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“El Otro Lado” (The Other Side): Geographies, Boundaries, and Imaginations of Space

The Engineered West

Plexi, wood, graphite, paper. Two-sided sculpture that reads ‘el otro lado’ on each of its sides.

Luis G. Hernandez, artist.
Untitled (el otro lado)
Photo: Devon Tsuno

Two sided sculpture that reads ‘el otro lado’ (the other side) on each of its sides

Graphite, paper, wood, Plexi

12 x 106 x 71 inches

Luis G. Hernandez, artist.
Untitled #12 (fountain), from the series ‘El Santito’
Photo: Joshua White/

Water fountain and pump, tables, bucket, water from Mexico, container, rocks, fan, clamp and electrical chord

Dimensions variable

Luis G. Hernandez is a visual artist, curator and educator who lives and works between Southern California and Mexico. He is co-founder of the MexiCali Biennial. Born in Mexicali, and raised on both sides of the border fence, the experience of the border - the realities, tragedies and absurdities of one place cut in two - is intrinsic to his creative works.

From the Anasazi and Hohokam to the Owens Valley Paiute, native societies remade the landscapes to suit their lifeways. But the engineering projects of western Euro-Americans dramatically reoriented the lands, waters, and people in lasting ways.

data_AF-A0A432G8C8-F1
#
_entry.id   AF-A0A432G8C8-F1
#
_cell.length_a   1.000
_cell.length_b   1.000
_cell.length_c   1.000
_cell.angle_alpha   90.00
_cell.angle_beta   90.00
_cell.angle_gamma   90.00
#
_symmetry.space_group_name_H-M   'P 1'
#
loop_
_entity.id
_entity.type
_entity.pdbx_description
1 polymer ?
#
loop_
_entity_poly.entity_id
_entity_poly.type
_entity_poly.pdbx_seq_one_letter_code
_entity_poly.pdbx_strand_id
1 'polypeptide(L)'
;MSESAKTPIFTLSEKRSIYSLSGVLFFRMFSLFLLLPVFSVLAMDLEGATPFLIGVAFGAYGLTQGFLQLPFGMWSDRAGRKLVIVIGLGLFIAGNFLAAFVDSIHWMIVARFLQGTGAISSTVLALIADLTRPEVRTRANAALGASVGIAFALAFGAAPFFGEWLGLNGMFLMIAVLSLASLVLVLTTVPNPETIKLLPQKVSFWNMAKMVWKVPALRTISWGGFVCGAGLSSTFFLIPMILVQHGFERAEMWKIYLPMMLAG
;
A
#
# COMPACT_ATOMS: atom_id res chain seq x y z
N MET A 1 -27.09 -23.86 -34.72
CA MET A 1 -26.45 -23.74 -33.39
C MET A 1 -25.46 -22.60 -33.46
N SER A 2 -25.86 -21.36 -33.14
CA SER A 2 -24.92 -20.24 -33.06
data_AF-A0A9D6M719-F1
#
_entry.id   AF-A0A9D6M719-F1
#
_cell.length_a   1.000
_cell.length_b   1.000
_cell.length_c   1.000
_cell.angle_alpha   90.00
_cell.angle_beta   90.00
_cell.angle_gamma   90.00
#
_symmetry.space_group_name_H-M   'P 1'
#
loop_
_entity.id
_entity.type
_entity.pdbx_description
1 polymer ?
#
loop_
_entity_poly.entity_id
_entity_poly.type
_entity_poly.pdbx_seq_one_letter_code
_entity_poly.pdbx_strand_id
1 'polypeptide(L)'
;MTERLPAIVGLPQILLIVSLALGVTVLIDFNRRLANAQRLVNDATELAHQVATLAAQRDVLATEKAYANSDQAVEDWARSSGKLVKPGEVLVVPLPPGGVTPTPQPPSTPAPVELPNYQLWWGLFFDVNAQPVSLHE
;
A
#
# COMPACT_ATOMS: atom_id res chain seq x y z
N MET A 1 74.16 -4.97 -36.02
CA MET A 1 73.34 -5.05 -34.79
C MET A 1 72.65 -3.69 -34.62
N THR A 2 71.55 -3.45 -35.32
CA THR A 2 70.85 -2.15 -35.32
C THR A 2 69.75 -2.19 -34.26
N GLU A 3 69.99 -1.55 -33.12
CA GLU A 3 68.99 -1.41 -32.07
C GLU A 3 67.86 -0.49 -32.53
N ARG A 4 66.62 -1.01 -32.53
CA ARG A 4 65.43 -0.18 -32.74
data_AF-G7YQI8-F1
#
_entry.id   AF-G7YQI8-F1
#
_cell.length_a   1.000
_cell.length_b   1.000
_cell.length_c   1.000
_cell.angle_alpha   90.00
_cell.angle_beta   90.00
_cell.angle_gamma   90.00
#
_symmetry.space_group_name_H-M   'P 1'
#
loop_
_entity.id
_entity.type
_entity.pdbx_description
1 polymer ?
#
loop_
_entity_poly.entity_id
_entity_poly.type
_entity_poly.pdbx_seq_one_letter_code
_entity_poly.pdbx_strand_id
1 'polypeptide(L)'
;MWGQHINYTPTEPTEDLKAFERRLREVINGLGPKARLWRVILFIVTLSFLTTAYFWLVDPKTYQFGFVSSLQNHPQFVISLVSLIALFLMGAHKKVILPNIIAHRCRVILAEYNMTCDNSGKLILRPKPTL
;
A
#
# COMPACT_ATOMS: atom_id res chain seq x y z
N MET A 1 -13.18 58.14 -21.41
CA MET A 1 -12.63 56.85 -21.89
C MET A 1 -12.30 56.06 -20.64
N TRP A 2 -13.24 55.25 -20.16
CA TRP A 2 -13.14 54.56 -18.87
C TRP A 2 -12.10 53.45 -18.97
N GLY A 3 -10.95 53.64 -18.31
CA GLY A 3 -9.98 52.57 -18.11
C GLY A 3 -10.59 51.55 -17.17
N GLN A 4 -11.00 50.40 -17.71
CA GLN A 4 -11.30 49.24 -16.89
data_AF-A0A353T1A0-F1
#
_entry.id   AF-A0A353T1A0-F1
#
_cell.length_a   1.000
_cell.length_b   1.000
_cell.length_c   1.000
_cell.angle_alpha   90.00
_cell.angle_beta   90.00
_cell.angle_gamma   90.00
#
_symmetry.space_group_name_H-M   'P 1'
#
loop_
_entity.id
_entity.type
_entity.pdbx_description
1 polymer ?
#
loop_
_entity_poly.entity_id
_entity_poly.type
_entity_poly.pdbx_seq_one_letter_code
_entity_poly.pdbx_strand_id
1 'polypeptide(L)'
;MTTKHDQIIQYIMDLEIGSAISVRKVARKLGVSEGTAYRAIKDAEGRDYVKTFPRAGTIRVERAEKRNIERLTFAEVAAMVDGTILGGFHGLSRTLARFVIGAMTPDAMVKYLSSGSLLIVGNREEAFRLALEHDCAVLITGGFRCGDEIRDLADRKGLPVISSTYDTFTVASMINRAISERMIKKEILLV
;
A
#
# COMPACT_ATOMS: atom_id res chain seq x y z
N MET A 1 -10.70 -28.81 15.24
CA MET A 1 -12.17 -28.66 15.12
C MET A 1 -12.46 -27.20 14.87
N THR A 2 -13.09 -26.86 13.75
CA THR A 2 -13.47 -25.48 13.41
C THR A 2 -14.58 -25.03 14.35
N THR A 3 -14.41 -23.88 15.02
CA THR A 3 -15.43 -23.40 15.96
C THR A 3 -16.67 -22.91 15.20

John Wesley Powell was a key early agent for and then critic of these transformations. Geological and geographical land surveys were tools in remaking the West/North.

The western landscapes and demographics, allowing people to shrink time and space, though at great human and environmental cost.

U.S. Americans moved vast amounts of water from places it was to places water was not, dramatically altering the ecologies and workscapes of several regions simultaneously.

New ways of “managing” wildfire expanded the geographies of fire.

The maze of freeways that crisscross the West brought some places and peoples closer together while simultaneously building walls dividing the neighborhoods of others.

Explore the resources linked below. What other examples of remaking the landscape can you find?

Land Surveys

John Wesley Powell’s influential report on the Lands of the Arid Regions of the United States (1878) recognized the watersheds of the lands beyond the 100th meridian and questioned the viability of agriculture in the arid lands.


The railroads engineered the opening of The West to development, connecting the borderlands to resources and industries of extraction.

Hydraulic West/North

The engineering of Western water has temporarily transformed the borderlands into the version of the theory Rain Follows the Plow - arid lands capable of supporting large populations, extractive and agricultural industries.


The loss of traditional fire stewardship practiced by indigenous peoples and the changing climate are transforming the Borderlands’ relationships to fire, along with that of the entire American West.


Highway engineering expanded on the work of the railroad, changing the spatial, temporal, and economic relationships of the Borderlands and to each other and the rest of the world.